Webinar Panelists: Occupancy Landscape Improves, but High Interest Rates Continue to Stall Transactions

by Jeff Shaw

On its surface, now is a difficult time to be in seniors housing development or operations. Rising interest rates have made financing or refinancing challenging. Occupancy rates, while improving, are still well below pre-pandemic levels. Expenses have increased dramatically, particularly for labor, while rent increases haven’t been able to keep up.

JP LoMonaco, now an appraiser with CBRE after the company bought his former appraisal firm Valuation & Information Group in June, notes that the work he does reflects the tough times.

“We saw a sudden shift from new loan appraisals to more being done for workouts and bankruptcy proceedings,” said LoMonaco. “However, history tells us that fortunes and wealth are created in times like this. This discussion will focus on bucking the trends and finding ways to move forward.”

LoMonaco made these comments as moderator of a webinar titled “Seniors Housing Success Stories — Companies that are Rising Above the Headwinds” held June 29. Panelists included Brenda Bacon of Brandywine Living, Stephanie Harris of Arrow Senior Living, Jason Punzel of Senior Living Investment Brokerage and Grant Blosser of VIUM Capital.

Turning to the operators first, both Harris and Bacon reported good news: Leasing has been extremely strong for new communities.

“Every building we opened from late 2021 through 2022 showed our fastest lease-up ever, even better than pre-pandemic, which is pretty exciting,” said Harris.

She was quick to add, though, that starting new developments now is extremely difficult due to heightened interest rates.

“We were really fortunate to get those projects done ahead of the rising costs of construction. We’re now at a third of our usual development volume, and many others are ‘pencils down.’”

Bacon noted that the two buildings Brandywine opened during the pandemic also leased up very quickly. Her takeaway, though, is that the industry as a whole needs to stop looking back at pre-pandemic norms and instead push forward into something better.

“Look at the signals we’re seeing now as we go forward, at what people’s choices are. There’s certainly some indication that people waited out the pandemic at home and are coming in a bit more compromised. But we’re also seeing a lot of couples come in, where before one might have taken care of the other. We’re seeing a lot of people making conscious choices to move.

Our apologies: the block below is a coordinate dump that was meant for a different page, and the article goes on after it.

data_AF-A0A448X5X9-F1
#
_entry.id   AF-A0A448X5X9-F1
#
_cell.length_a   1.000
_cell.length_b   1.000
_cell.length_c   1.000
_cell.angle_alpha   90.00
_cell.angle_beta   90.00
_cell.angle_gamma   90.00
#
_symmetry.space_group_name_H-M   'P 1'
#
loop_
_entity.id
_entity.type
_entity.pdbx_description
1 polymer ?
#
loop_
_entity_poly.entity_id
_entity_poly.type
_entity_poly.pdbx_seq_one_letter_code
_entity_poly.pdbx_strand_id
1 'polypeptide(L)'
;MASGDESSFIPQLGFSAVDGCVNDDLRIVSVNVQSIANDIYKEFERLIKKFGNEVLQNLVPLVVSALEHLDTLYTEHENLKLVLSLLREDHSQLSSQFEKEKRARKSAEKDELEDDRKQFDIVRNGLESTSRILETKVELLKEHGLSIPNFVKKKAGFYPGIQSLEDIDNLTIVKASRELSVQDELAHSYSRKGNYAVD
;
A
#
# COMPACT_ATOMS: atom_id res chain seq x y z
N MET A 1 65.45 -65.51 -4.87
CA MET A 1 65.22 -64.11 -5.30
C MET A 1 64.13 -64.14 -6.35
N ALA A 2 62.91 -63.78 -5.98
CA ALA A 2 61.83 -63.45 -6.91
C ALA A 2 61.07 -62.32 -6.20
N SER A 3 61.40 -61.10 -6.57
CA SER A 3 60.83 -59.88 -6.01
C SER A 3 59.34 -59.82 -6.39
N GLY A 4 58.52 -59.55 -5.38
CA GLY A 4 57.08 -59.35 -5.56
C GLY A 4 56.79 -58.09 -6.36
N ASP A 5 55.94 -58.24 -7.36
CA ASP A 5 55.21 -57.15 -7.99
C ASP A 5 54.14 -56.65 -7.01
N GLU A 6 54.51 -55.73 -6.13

“There are a lot of positive signals out there. If we could move forward on those we’d make more progress than thinking everything will return to pre-pandemic.”

Harris added that in addition to more couples, Arrow is seeing a higher percentage of male residents.

Financing complicates matters

LoMonaco later changed the topic to the finance end of seniors housing and turned to the panelists who specialize in that field.

Punzel reported that premier, stabilized properties have seen only a modest price dip of 5 to 10 percent due to high interest rates and low occupancy. However, that type of property now only makes up about 15 percent of SLIB’s deal volume.

“The other 85 percent are properties that are not stabilized in some capacity. Those prices have dropped at least 15 to 20 percent compared to where they were 18 months ago.” 

Punzel noted that buyer demand is there for value-add properties — but the financing isn’t.

“Unfortunately, the amount of nonrecourse debt available for non-stabilized properties is almost non-existent today. There’s only two ways to finance it today: With a regional, local bank with a good relationship, with some type of recourse on that debt.”

“The bid-ask spread has come in quite a bit,” adds Punzel. “Sellers are realizing the prices aren’t what they were 18 months ago.”

Both Punzel and Blosser said that deals are still getting done, but that they require more creativity. Punzel said there are a lot more debt assumptions by the buyer as part of a sale, as well as seller financing — where the previous owner provides the acquisition loan to the buyer.

Blosser said he recently saw one property sell using 100 percent seller financing, calling it an “operate to own” sale.

“The seller said, ‘You take the keys, you start operating it, you own it.’ But the buyer basically has an IOU to the seller to pay them full purchase price within three years. It’s a 6 percent fixed interest rate. In this environment, that’s fantastic.”

“The underlying theme for not stabilized facilities is creativity,” concluded Blosser.

The watch the full webinar, click here.

— Jeff Shaw

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